On the recent Canon and Nikon mount change and the mirrorless war

I’m glad I’m not in the market for new gear currently. Well I’m not glad, it’s because I don’t have the money. But either way I’m glad I don’t, because choosing today, especially if you like wildlife photography is a fucking mess.

Both Canon and Nikon are going to face some problems with people owning either EF or F mount glass. It’s very likely that in a few years the DSLR sales are going to be lower than mirrorless, and many people will end up with expensive glass that no longer have new bodies to attach to natively. Those lenses will have to be permanently glued to an adapter, and despite adapters are fine, it’s always better without in my opinion.

Lenses for the new mounts will come, no doubt, but in the meantime there is not much and the roadmaps for R or Z mount lenses doesn’t look like it’s going to include very short or very long focal lengths in the next year or two. Some people argue that by the Olympics in Japan (2020) both Canon and Nikon will have stepped up their mirrorless game, but it might be too soon for them to come up with professional level bodies that will be flawless for such event and what we might see (in addition to the best they can do in pro mirrorless body) is a new iteration of the 1DX and the D5 out of safety.

Why am I digressing about that? Well because if today I had a lot of money to drop on a system, I would invest in Sony. I think Sony has missed a good opportunity to cast shadow on the EOS R and the Z6/Z7 by not releasing at the same time two bodies that didn’t need new tech (they already have it). All they needed is a new A9 and companion APS-C bodies with Canikon level weather sealing and improved ergonomics. Those bodies even if quite early released compared to the last generation from Sony would have tremendously worsened the reception of the EOS R and the Z6/Z7 and at the same time made the Fuji X-T3 release less of a massive hit. Those bodies will come without a doubt, but the more the wait now the less likely Canikon users will be tempted to jump ships.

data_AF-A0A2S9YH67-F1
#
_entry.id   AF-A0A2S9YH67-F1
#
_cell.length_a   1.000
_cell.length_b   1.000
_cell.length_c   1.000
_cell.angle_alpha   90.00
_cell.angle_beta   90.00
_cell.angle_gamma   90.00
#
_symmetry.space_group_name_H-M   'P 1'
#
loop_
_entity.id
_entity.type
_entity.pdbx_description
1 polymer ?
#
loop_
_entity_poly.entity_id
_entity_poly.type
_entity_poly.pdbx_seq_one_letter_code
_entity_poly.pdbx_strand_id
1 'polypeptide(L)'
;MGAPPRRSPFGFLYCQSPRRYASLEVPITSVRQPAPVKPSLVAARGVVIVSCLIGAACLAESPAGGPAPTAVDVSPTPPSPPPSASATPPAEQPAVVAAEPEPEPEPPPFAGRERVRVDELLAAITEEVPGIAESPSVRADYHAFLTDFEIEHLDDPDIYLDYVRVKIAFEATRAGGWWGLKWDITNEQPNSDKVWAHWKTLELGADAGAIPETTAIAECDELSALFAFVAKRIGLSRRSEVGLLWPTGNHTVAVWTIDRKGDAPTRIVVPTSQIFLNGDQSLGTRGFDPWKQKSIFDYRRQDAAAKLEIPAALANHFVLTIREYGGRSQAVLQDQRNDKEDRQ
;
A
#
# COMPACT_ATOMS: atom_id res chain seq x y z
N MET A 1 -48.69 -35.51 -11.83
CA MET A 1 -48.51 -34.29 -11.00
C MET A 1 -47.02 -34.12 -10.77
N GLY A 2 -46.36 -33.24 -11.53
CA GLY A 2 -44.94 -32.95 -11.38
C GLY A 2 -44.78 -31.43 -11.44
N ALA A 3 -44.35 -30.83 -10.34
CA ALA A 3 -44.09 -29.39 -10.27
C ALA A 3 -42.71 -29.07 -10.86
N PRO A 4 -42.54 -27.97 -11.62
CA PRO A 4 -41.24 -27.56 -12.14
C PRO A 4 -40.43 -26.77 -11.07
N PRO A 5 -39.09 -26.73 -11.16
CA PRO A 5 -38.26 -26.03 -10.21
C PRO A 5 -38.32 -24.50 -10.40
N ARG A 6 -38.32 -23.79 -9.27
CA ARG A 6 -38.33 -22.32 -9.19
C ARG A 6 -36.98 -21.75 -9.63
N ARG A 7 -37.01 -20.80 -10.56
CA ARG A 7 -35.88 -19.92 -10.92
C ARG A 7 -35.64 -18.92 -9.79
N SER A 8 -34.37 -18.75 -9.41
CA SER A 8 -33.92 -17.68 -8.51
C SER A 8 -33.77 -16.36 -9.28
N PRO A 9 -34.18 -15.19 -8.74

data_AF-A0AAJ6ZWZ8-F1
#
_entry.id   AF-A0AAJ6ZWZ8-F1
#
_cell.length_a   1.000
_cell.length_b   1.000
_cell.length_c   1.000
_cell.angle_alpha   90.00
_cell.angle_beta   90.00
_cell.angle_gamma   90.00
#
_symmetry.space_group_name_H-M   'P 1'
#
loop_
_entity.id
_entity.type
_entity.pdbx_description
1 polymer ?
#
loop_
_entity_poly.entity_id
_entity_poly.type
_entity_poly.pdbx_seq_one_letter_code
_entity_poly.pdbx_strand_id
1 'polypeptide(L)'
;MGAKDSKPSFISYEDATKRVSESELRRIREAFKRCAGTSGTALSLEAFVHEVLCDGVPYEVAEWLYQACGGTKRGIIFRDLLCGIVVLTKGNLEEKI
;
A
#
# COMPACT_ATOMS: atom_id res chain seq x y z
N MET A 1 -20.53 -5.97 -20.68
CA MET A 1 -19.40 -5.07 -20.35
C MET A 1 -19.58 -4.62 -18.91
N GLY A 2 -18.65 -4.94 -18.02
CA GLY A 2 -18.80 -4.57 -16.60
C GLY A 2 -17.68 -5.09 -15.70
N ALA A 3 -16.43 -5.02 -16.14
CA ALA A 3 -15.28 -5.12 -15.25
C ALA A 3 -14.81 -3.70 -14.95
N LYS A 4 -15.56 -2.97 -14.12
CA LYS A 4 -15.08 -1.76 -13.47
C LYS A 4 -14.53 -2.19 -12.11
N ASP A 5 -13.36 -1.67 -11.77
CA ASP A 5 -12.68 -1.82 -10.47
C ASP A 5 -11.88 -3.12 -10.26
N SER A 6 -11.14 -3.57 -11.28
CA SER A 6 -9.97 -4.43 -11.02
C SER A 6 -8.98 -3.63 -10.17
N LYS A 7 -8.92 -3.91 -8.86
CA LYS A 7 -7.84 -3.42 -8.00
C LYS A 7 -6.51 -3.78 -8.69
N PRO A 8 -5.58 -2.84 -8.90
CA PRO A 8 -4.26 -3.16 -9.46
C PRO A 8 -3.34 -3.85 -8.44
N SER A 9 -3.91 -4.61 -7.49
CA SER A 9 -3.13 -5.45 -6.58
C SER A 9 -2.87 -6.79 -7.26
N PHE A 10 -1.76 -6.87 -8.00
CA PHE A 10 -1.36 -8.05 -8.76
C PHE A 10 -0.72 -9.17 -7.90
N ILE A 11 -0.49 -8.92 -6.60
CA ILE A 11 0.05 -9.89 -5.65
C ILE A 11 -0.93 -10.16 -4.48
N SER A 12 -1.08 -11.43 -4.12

Regardless, even with imperfect weather sealing and ergonomics, I would buy Sony if I could. With no budget issue I would get an A9 now, and its companion high end crop body later. The main reason is that I believe long telephoto lenses for wildlife will inevitably come from Sony in native E mount and those lenses will already have perfectly suitable camera bodies to attach to, which is certainly not entirely the case for Canon or Nikon mirrorless bodies.

I’m very certain both Canon and Nikon will eventually come up with stellar mirrorless bodies capable of fast action shooting with perfect autofocus, but it’s a freaking shame that they started considering that mostly because an outsider (Sony) has gone all-in with mirrorless and actually succeded (the market share Sony has grabbed is nothing short of amazing considering the photographic world hasn’t questionned the Canikon supremacy for so long now, it’s not like the excellent Fuji, Olympus or Panasonic cameras have managed to be a threat to Canikon sales).

I don’t care that Sony is not an historical optics and photography company, if Nikon is praised for the D5/D500/D850 and Fuji for the X-T3, it is largely thanks to Sony sensors. Not only because they are particularly good in low light, but also because they are offering a fast readout that, for example, Canon is yet to match or even come close.

On a side note I’m curious about what Sigma next foveon full frame cameras will bring to the table although I expect those cameras will not be suitable for fast action and low light and could be used for anything BUT that.

Now if some Sony people end up reading this, I’m fine with receiving a free body+lens to step up my lame wildlife photography game using crappy entry level gear.

On the recent Canon and Nikon mount change and the mirrorless war

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